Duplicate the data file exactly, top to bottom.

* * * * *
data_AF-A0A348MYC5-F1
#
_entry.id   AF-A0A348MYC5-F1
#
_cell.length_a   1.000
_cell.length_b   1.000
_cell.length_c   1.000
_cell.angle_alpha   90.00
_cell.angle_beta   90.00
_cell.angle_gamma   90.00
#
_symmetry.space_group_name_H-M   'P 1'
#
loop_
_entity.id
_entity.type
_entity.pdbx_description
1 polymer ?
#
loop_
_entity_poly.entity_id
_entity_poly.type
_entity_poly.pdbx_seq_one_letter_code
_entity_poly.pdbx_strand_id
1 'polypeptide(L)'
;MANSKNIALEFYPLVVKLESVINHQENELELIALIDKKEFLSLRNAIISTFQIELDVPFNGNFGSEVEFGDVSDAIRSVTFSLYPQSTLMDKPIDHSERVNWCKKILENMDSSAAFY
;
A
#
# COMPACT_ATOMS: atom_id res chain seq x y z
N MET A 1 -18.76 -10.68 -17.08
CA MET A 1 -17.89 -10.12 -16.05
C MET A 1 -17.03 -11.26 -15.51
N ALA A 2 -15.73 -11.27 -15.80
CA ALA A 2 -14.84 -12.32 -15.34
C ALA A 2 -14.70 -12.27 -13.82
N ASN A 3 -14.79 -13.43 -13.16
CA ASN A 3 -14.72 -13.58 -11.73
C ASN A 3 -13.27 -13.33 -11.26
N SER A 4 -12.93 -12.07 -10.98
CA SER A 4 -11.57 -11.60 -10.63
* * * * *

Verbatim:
data_AF-A0A348MYC5-F1
#
_entry.id   AF-A0A348MYC5-F1
#
_cell.length_a   1.000
_cell.length_b   1.000
_cell.length_c   1.000
_cell.angle_alpha   90.00
_cell.angle_beta   90.00
_cell.angle_gamma   90.00
#
_symmetry.space_group_name_H-M   'P 1'
#
loop_
_entity.id
_entity.type
_entity.pdbx_description
1 polymer ?
#
loop_
_entity_poly.entity_id
_entity_poly.type
_entity_poly.pdbx_seq_one_letter_code
_entity_poly.pdbx_strand_id
1 'polypeptide(L)'
;MANSKNIALEFYPLVVKLESVINHQENELELIALIDKKEFLSLRNAIISTFQIELDVPFNGNFGSEVEFGDVSDAIRSVTFSLYPQSTLMDKPIDHSERVNWCKKILENMDSSAAFY
;
A
#
# COMPACT_ATOMS: atom_id res chain seq x y z
N MET A 1 -18.76 -10.68 -17.08
CA MET A 1 -17.89 -10.12 -16.05
C MET A 1 -17.03 -11.26 -15.51
N ALA A 2 -15.73 -11.27 -15.80
CA ALA A 2 -14.84 -12.32 -15.34
C ALA A 2 -14.70 -12.27 -13.82
N ASN A 3 -14.79 -13.43 -13.16
CA ASN A 3 -14.72 -13.58 -11.73
C ASN A 3 -13.27 -13.33 -11.26
N SER A 4 -12.93 -12.07 -10.98
CA SER A 4 -11.57 -11.60 -10.63